Farmer Thoroughgood and his Grandson Willie
At the horse sale, Jack is of course placed with all the broken-down horses, some of whom are in such bad shape they should probably have just been shot out of mercy. Some of the buyers and sellers do not look much better than the pitiful creatures they are hoping to buy. A man approaches from the direction of the better horses. He appears to be a gentleman farmer who has a kind face and a young boy by his side. When he arrives at the pitiful group of horses, the man looks around until he sees Jack. He still has an impressive mane and tail, so he looks somewhat better than the horses around him. Jack perks up his ears and looks at the man.
The farmer tells his grandson that this was once a fine horse; the contours of his face and the structure of his neck and shoulders tell the man he is a purebred horse. He pats the animal on the neck, and Jack puts out his nose as an act of kindness. The boy strokes Jack’s face and asks if his grandfather can “buy him and make him young again” as he did with another horse named Ladybird. The boy believes the horse is not old or diseased, just in need of kindness and gentle treatment. The horse would grow young again in their meadows.
The man who brought Jack to the sale now speaks. He tells the gentleman that, indeed, this horse is not old and is simply in need of rest. He repeats the doctor’s pronouncement that six months of rest would make a new horse of him. In the last ten days of taking care of Jack, the man from the stables says the horse has been the most grateful and pleasant animal. Five pounds is a small price to buy the animal a chance to recover and become whole again. The boy reminds his grandfather that he made an extra five pounds on the sale of their colt, so he would be out nothing if he buys this horse.
The gentleman begins to examine the horse gently and carefully, estimating his age at thirteen or fourteen and then asking how much the man would be willing to take for the damaged horse. Five pounds is the answer, and the gentleman shakes his head as he gets the money and remarks on the gamble he is about to take. The stable man takes Jack to the inn; the new owners walk to the inn, as well. The boy can barely contain his delight, and the grandfather enjoys the boy’s pleasure. Jack is given a good feed and is then ridden gently to his new home and let loose into a large meadow with a shed in one corner.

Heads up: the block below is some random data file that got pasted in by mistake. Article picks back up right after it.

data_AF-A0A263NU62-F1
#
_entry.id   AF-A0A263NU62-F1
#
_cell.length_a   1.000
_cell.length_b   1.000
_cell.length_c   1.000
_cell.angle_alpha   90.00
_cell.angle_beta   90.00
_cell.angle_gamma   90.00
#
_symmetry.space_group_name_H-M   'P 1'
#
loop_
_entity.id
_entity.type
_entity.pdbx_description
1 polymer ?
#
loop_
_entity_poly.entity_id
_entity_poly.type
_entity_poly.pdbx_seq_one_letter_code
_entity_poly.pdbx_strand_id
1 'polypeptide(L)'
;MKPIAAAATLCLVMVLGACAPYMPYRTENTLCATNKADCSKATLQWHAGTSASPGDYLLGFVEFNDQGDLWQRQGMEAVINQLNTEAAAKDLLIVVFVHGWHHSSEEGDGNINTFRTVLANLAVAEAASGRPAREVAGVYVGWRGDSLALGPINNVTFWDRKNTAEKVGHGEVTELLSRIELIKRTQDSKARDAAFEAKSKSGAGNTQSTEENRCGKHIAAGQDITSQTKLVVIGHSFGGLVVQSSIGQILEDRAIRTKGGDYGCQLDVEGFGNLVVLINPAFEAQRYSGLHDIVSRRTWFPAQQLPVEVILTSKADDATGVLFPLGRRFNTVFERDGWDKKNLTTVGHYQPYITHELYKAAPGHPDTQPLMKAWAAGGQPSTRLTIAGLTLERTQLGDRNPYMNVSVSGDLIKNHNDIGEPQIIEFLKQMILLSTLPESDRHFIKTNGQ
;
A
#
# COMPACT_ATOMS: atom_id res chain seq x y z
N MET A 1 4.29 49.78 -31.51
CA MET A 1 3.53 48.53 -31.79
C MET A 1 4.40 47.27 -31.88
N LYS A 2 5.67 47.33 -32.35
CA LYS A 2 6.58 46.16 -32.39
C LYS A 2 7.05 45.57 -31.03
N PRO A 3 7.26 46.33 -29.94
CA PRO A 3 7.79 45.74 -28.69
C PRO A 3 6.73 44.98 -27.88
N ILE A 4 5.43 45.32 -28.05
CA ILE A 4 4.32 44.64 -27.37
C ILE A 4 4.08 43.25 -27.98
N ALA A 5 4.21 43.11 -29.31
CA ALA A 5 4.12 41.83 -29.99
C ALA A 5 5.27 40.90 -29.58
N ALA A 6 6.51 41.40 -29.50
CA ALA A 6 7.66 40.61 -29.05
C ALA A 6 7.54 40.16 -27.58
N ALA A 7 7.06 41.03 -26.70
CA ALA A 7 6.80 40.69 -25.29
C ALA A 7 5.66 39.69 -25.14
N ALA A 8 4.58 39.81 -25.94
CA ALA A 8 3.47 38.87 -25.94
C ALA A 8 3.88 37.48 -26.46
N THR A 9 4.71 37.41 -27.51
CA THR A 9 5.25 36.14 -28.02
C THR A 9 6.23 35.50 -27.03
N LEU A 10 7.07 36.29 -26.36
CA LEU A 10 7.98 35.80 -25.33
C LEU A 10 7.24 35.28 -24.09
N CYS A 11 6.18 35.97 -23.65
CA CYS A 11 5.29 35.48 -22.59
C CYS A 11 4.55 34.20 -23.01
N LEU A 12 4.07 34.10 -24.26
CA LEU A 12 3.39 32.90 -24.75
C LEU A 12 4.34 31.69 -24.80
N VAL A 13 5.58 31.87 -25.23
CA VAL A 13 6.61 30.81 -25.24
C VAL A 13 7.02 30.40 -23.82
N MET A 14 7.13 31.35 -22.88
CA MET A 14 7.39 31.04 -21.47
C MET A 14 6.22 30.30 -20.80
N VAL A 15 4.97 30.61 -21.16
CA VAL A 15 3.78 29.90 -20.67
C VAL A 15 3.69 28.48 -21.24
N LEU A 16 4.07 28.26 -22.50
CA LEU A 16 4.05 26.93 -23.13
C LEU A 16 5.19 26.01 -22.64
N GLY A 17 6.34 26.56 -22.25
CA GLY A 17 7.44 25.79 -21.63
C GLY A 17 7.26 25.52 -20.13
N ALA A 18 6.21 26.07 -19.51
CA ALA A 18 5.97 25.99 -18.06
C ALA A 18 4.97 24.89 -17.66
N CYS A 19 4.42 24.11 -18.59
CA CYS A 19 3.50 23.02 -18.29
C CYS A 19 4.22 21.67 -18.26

Jack’s new master, Mr. Thoroughgood, orders good food for the horse every morning and night and says he should have the run of the meadow during the day. He gives Willie, his grandson, charge of the horse, and the boy undertakes his task with great seriousness and pride. The boy visits his new horse every day, always with kind words and caresses and sometimes with a special treat. Jack grows very fond of Willie, of course, and the boy calls him “Old Crony” because he is now in the habit of following the boy around the farm. Sometimes the boy’s grandfather comes to see the horse; when he does, he always looks closely at the animal’s legs. He tells Willie it is the legs that have been damaged...
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but he expects to see a much healthier horse in the spring.
Rest, food, exercise, and soft ground soon work together to heal the damaged horse. Jack’s mother gave him a strong constitution, and he was never strained when he was young. Both facts give him more of a chance for a full recovery than other horses might have had. During the winter Jack’s legs improve so much he begins to feel quite young again. In the spring, Jack is finally hitched to a phaeton and driven for a few miles by the boy. Jack’s legs are no longer stiff, and he is able to pull this load easily. Now that the horse is well, the grandfather begins to look for a quiet, dignified place for the horse, someplace where he will be valued.